Customer Service Tip of the Week | Customer Service Solutions, Inc. - Page 151

When Passive Voice is a Good Thing - 8/9/22


It’s all your fault, Mr. Customer! We may want to shout it from the rooftops, but other than venting and absolving ourselves of guilt, this wouldn’t help much in the grand scheme of things. We have a customer sitting in front of us or on the phone, and maybe they are Read more

They’re Stressed, So You Can… - 8/2/22


Wow!  That customer looks stressed!  Maybe it’s their body language or their expressions; they could be fidgety or talking really fast. In the past, when we offered guidance in these situations, we focused on how to navigate the conversation step-by-step - what points to cover and what points to avoid. But Read more

Find the Hidden Compliment - 7/26/22


The fact is, they ARE complaining:  The room is too cold.  The wait is too long.  They wish the parking spaces were bigger.  The new app doesn’t have a mapping function.  They cannot pay with their phone.  The website is unclear. In these types of complaints, the ones that are Read more

When You Know More Than They Do - 7/19/22


It was 95 degrees outside.  That’s not too bad when you’re inside and enjoying the air conditioning; but when Rachel’s A/C went out, in came Rachel’s worry.  Luckily, she knew the company to call, and a technician from Acme HVAC (fake name, real company) came out the next morning. Rachel Read more

Investigate for FACTS - 7/12/22


Sometimes the issues that we deal with don’t have an immediate resolution.  There’s unknown information and conflicting stories.  Many individuals are involved, or possibly whoever is involved is not available.  You have to investigate. For situations where you have to be clear on what occurred, make sure you’re gathering all Read more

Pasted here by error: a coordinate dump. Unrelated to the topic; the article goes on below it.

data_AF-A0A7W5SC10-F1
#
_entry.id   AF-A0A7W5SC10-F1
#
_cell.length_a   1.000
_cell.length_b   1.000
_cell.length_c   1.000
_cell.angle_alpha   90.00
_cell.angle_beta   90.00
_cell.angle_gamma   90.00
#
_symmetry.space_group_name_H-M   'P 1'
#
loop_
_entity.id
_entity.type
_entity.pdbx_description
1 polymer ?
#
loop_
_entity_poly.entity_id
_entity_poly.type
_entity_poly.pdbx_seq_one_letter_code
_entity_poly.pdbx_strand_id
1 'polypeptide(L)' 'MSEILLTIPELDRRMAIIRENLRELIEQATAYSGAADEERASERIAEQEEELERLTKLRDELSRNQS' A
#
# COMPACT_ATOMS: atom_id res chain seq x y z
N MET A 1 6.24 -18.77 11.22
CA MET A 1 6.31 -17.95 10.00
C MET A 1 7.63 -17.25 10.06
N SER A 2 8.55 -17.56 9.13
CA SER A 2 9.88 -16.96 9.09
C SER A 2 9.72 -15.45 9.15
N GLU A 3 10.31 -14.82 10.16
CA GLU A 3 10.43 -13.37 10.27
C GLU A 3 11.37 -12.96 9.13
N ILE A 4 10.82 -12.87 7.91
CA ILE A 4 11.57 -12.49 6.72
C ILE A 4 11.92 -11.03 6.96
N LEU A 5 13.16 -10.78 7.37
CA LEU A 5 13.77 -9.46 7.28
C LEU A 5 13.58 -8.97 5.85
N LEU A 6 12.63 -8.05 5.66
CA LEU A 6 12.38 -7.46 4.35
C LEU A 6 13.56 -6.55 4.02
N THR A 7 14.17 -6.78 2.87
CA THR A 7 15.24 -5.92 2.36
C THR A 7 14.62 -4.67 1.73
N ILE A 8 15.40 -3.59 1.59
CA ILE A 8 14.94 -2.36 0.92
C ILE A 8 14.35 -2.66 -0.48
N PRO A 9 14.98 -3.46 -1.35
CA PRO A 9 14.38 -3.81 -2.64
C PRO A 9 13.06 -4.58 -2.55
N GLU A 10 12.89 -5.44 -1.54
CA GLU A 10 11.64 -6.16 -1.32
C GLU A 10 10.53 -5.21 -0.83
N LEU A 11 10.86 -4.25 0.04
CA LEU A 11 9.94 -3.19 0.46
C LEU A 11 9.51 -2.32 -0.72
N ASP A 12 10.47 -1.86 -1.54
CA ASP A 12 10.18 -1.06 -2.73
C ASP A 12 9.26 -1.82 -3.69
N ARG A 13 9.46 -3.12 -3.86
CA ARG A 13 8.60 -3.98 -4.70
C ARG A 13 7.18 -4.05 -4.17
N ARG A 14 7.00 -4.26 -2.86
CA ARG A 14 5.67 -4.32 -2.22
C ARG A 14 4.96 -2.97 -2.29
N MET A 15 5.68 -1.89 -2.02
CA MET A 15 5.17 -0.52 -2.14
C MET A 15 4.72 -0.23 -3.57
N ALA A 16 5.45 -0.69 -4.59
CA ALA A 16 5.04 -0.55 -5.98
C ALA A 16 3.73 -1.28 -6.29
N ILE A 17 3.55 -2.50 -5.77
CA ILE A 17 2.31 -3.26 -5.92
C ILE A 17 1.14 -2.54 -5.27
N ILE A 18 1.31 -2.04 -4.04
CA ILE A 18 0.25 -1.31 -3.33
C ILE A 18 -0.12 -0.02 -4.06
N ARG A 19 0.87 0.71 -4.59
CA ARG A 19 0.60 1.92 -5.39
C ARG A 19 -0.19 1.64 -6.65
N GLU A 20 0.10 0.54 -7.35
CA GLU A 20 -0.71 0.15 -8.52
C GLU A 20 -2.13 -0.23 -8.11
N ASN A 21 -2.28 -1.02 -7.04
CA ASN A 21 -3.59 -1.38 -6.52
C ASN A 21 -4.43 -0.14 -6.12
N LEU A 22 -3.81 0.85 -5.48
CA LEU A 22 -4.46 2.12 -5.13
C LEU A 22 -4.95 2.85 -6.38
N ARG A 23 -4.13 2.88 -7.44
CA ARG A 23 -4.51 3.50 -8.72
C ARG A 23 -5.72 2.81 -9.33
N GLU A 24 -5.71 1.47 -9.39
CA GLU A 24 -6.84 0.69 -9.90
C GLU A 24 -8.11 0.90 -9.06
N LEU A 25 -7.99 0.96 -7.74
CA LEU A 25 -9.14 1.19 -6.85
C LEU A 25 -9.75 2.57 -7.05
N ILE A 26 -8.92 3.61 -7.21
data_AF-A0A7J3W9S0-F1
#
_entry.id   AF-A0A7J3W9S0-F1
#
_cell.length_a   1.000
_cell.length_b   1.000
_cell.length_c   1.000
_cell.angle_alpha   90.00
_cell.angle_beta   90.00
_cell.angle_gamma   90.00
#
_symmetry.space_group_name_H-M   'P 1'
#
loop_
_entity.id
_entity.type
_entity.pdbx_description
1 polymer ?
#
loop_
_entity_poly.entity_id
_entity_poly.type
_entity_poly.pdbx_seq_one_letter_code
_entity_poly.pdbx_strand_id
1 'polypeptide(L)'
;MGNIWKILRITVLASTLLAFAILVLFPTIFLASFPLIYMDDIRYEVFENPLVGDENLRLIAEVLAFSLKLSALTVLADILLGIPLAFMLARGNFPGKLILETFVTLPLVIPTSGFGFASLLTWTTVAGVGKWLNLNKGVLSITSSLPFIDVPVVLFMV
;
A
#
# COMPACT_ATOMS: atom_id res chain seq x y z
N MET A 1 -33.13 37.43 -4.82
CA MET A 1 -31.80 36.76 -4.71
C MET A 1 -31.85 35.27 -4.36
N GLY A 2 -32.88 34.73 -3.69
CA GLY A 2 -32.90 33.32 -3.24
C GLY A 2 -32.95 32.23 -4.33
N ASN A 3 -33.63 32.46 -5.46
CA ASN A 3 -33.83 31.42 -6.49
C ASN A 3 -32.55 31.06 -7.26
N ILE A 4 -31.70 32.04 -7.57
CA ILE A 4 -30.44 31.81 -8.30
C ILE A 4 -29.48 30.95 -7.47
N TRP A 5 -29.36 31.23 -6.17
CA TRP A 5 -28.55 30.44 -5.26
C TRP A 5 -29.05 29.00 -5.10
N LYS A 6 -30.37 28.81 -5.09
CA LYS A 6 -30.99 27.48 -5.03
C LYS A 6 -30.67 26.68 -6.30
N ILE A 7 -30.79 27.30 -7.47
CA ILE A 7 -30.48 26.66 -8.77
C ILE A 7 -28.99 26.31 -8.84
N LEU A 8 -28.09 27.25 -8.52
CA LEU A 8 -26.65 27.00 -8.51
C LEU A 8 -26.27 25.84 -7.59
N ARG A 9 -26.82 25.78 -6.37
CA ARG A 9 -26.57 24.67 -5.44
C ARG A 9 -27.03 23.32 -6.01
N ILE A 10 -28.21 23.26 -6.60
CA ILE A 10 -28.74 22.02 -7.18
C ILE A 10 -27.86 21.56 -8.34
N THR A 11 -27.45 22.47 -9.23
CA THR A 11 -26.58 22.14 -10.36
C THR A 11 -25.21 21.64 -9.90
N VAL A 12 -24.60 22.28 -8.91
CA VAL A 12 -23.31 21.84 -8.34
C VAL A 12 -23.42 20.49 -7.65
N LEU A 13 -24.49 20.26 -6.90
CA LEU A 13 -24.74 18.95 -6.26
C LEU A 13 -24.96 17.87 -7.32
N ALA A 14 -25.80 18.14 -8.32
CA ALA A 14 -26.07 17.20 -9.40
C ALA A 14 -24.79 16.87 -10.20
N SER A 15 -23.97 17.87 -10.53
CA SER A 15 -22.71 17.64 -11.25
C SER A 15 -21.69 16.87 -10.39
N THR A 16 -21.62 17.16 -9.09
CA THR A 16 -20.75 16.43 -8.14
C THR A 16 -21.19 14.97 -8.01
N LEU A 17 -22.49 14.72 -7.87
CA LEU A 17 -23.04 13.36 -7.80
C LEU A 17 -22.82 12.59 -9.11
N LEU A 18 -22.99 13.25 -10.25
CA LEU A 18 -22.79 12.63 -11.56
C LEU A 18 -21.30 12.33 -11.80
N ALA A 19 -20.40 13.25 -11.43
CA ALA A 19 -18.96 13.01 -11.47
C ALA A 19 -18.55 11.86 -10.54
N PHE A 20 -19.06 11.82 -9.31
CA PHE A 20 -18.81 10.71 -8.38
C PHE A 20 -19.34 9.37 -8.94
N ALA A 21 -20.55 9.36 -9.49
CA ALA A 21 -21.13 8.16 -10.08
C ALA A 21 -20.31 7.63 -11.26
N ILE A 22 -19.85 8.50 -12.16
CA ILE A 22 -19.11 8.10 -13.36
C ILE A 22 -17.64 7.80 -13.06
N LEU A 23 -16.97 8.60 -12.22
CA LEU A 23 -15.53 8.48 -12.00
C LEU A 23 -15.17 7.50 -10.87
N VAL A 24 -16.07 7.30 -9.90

Become a Great Teacher - 7/5/22


Are you one of those people who really liked school?  School is always made more enjoyable by great teachers and professors. Do you love sports?  Many coaches in football and basketball, in hockey and baseball view themselves as teachers…teaching the game they love to their team. True leadership is about growing Read more

Don’t Assume Their Motivation - 6/28/22


The company was instituting new human resources policies aimed at holding employees accountable for being late to work.  Employee lateness had been rising, and management wanted to make sure they reinforced the need for people to be on time. At a meeting to roll out the new policies, a leader Read more

It’s Not Always About the Outcome - 6/21/22


We want the satisfied customer.  We want the issue resolved.  We want to be able to fix the error or save the client.  We want to feel good coming out of a conversation, or feel like we have accomplished something special.  We want the “win win.” But all those great Read more

Ask: What is your goal? - 6/14/22


Through these Tips, we’ve shared our technique about how to meet the customer’s need right the first time.  It’s a conversation – a give and take with the customer where you hone in on what their true need or concern is, seeking more clarity to more quickly get to Read more

Make it Sincerely Yours - 6/7/22


I’d like to hear more.  I’m sorry about the situation.  Resolving your issue is important to me.  We appreciate your business.  Thank you for bringing this to my attention. These phrases are generally well-received depending on the situation.  But we want to make sure when we’re speaking to others that Read more

Provide More Than the Truth – 9/3/13 TOW

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Every year Customer Service Solutions custom-designs and delivers customer service training, and when I’m facilitating classes, I find myself saying a certain phrase more and more – “That’s true, but is that helpful?”